in defense of dr. ona (updated)

poor dr. ona! indeed.  it would seem that the health secretary has been prejudged over his decision to procure the cheaper of two pneumonia vaccines when, as boo chanco explains, it was apparently a professional decision grounded on what makes the most sense, given cost and need.  dr. ona deserves a fair hearing.  the same is true with regard to the use of malaria herbal meds as treatment for dengue.

Dengue, Deaths, Drugs and Politics
By Godofredo U. Stuart M.D.

ActRx TriAct®—an herbal based treatment that combines artemether and artesunate, both used to treat malaria, and promoted as a new breakthrough treatment for Dengue— should be most welcome news, especially as a painless two-day regimen sprayed under the tongue.

Instead of celebrating a potentially life-saving treatment—for a disease that has, to date, no specific drug therapy available—Health Secretary Ona is under scrutiny for authorizing the breakthrough drug for use in dengue.

WHO Dr. Julie Hall warned the DOH against using the Artemisinin combination treatment—mainstay treatment for falcifarum malaria saving thousands of lives each year—for fear of development of resistant falcifarum malaria. She’s also concerned dengue and malaria are coendemic in some areas, and use of artemisinin in those areas could cause an emergence of malaria resistance.

Here are some numbers. In 2012, there were 187,031 cases with 921 deaths. In 2013, 204,906 cases with 660 deaths. This year, “some 24,900 cases have resulted in (at least) 100 deaths, or a ration of one fatality for every 249 cases,” Ona said. 

Malaria, on the other hand, has significantly declined since the mid-2000s, with an 83% reduction from 2005 to 2013. and deaths down from 150 in 2005 to 12 last year. A DOH report reassuringly headlines: The Philippines is on the verge of attaining malaria-free status.

And as important, of 53 known provinces endemic for the disease, 27 have already been declared malaria-free (Cavite Batangas, Marinduque, Catanduanes, Albay, Masbate, Sorsogon, Camarines Sur, Iloilo, Aklan, Capiz, Guimaras, Bohol, Cebu, Siquijor, Western Samar, Eastern Samar, Northern Samar, Northern and Southern Leyte, Biliran, Camiguin, Surigao del Norte, Benguet, Romblon, Batanes, and Dinagat Islands)—while dengue is earning epidemic status.

In 2012, in a regional surveillance report by the DOH, Cebu City topped the list with 3,081 cases of dengue with 12 deaths. Cebu is one of the 27 provinces that has been declared malaria-free. Iloilo, also designated malaria-free, reported a 71% surge in dengue cases. Aklan, also malaria-free, has seen an increase of 75%, up 1,340 cases compared to 763 last year. There are deaths buried in those numbers. Davao, although not Malaria-free (3 cases in 2013), reported 39 dengue deaths. These are compelling numbers.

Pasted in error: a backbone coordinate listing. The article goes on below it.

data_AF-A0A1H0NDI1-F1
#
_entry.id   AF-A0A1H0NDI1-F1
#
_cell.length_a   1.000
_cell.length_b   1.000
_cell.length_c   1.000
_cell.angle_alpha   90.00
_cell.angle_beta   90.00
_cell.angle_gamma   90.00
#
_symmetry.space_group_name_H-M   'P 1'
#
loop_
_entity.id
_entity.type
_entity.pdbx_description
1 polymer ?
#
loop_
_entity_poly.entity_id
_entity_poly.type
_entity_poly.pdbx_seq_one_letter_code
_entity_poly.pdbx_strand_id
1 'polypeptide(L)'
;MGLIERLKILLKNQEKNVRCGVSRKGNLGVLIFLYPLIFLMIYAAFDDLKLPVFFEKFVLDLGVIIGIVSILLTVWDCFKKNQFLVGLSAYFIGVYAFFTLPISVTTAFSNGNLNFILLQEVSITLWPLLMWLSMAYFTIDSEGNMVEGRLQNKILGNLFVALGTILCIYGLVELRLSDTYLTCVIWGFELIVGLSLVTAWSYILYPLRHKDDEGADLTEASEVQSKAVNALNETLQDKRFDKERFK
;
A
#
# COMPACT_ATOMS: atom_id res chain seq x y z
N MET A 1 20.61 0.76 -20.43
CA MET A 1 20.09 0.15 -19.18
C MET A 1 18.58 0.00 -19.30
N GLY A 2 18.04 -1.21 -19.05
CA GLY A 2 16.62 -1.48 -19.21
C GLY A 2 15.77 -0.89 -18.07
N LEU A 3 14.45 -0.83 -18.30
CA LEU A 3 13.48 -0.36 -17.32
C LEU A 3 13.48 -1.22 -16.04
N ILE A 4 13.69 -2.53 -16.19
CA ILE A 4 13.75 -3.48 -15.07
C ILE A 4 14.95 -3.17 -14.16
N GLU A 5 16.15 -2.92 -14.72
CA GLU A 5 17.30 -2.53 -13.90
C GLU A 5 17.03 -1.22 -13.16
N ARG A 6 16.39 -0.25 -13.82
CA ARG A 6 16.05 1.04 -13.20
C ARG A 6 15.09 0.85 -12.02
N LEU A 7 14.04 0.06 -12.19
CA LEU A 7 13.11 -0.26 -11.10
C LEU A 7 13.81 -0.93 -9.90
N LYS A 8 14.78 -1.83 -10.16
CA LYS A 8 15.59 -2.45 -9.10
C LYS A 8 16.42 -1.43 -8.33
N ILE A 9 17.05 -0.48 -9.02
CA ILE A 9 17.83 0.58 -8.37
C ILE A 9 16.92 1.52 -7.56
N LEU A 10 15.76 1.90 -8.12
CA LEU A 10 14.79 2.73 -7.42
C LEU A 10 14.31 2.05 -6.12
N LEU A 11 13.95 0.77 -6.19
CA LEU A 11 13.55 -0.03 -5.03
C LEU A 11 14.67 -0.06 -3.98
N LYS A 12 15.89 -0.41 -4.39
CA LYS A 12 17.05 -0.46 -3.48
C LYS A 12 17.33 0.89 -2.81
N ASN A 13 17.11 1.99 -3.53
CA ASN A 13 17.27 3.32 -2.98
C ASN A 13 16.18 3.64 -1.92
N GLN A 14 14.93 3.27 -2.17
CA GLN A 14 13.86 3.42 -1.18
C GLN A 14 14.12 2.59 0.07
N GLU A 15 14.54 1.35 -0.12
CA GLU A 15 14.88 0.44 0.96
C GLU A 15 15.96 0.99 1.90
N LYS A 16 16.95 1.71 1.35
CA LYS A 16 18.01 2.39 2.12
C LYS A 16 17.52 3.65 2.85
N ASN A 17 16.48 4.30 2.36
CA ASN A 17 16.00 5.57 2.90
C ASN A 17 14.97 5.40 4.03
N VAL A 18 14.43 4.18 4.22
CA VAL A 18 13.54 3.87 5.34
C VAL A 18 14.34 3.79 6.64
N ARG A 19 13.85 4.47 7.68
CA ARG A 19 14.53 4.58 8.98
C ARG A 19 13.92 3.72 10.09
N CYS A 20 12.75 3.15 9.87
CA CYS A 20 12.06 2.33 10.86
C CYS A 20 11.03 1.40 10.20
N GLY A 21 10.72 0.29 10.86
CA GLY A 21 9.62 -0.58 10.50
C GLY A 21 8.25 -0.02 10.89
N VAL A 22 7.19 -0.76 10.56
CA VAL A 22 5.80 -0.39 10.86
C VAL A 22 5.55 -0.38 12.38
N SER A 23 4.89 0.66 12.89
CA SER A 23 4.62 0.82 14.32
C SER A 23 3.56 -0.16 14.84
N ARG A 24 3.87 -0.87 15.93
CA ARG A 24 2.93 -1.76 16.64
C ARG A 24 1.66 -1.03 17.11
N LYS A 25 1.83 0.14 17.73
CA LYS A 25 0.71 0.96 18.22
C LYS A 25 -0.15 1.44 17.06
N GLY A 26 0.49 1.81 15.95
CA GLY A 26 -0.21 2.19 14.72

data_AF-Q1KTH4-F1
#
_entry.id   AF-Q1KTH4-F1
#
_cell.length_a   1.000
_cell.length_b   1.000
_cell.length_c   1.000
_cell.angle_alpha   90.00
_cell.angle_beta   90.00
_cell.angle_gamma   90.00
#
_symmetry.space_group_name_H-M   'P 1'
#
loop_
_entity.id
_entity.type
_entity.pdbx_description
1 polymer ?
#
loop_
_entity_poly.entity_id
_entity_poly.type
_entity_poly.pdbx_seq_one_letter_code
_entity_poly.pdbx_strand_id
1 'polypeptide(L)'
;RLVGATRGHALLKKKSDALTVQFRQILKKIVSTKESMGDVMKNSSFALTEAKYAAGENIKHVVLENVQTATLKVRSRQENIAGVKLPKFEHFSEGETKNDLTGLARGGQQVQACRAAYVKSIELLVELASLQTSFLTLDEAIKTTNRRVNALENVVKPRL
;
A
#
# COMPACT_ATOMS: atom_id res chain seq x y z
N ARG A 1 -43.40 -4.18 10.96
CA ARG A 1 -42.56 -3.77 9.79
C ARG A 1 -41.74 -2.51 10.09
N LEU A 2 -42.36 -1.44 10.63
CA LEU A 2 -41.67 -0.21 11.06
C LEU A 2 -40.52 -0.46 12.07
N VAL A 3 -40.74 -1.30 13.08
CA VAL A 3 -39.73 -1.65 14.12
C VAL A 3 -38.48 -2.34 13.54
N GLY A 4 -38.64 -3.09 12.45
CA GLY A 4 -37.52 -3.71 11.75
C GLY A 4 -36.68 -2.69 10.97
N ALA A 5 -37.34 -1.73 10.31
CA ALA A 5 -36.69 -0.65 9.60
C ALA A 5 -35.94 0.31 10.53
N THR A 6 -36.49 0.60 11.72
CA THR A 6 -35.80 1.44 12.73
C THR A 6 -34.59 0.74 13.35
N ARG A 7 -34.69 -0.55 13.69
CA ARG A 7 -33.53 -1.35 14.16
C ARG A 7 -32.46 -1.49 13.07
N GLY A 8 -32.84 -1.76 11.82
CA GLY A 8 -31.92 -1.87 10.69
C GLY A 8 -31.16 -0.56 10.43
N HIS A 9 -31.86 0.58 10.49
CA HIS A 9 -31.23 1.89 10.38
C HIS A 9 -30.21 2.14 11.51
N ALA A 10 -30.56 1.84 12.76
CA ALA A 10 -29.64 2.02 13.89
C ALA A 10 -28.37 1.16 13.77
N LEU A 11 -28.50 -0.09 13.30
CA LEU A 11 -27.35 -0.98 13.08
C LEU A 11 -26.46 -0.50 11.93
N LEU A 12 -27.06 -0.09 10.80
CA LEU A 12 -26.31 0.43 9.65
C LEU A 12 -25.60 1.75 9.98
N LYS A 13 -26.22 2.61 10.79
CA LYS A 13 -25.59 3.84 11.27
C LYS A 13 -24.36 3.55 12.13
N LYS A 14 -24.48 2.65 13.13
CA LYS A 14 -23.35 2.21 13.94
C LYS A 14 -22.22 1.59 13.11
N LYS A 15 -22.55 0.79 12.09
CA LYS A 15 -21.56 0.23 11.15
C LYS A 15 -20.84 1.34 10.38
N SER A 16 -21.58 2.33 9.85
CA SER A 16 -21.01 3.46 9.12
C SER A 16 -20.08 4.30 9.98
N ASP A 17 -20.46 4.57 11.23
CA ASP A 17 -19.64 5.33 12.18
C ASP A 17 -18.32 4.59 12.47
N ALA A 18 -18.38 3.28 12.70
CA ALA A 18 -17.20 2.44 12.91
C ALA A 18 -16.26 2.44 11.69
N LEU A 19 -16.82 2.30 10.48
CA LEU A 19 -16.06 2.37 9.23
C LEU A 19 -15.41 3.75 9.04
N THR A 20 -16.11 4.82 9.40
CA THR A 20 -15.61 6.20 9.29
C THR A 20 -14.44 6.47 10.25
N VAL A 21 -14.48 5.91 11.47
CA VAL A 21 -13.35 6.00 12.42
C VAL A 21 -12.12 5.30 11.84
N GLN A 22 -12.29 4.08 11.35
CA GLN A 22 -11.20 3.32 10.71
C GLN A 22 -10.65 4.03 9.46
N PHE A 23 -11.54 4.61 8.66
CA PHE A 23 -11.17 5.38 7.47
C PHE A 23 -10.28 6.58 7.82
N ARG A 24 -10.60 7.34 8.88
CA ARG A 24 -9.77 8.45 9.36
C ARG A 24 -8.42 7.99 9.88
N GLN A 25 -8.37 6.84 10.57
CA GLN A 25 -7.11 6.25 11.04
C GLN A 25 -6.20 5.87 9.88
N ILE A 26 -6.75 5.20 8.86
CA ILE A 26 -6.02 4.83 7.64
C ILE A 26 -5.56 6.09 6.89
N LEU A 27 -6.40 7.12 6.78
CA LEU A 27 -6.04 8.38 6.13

I hope it’s real clinical concern that’s putting the ActRx TriAct on hold—that it’s not being stonewalled by ego and politics. Infectious disease experts should do a think-tank on the dengue health issue, devise appropriate treatment protocols. Judiciously using the treatment only for severe and lab-diagnosed cases should help avoid the emergence of resistance.

And why look to the WHO for advisement? While it suggests no specific drug therapy, it has listed dengue fever as a “neglected disease” and estimates that there may be 50 to a 100 million dengue infections worldwide each year. Rather, while others concern themselves with vector control and other public health measures, our medical community can take the initiative and embark on a pioneering treatment program that may eventually prove useful in the dengue pandemic. And if need be, until the warring factions settle their issues, the drug should be placed on “compassionate use” status.

There have been many pharmaceutical breakthroughs—studies finding new uses for old drugs. That a drug that saved lives from malaria can now be used to prevent deaths from dengue is one such breakthrough. A godsend. . . a eureka moment.

The Phase III clinical trial has concluded that ActRx TriAct is a highly efficient and successful treatment for dengue. Unless or until that is proven otherwise, if ActRx TriAct can prevent hundreds of dengue deaths a year. . . it would be medically unethical not to use it. Perhaps, criminal.


Ona in trouble over use of malaria-dengue drug
Ona’s fate hangs as PNoy reads report on vaccines
Was Secretary Ona let go because Usec Janet Garin, former staunch RH advocate in the House, would be more determined to push the RH Law into full implementation?


  1. manuel buencamino

    Here’s a good op-ed in support of Dr Ona.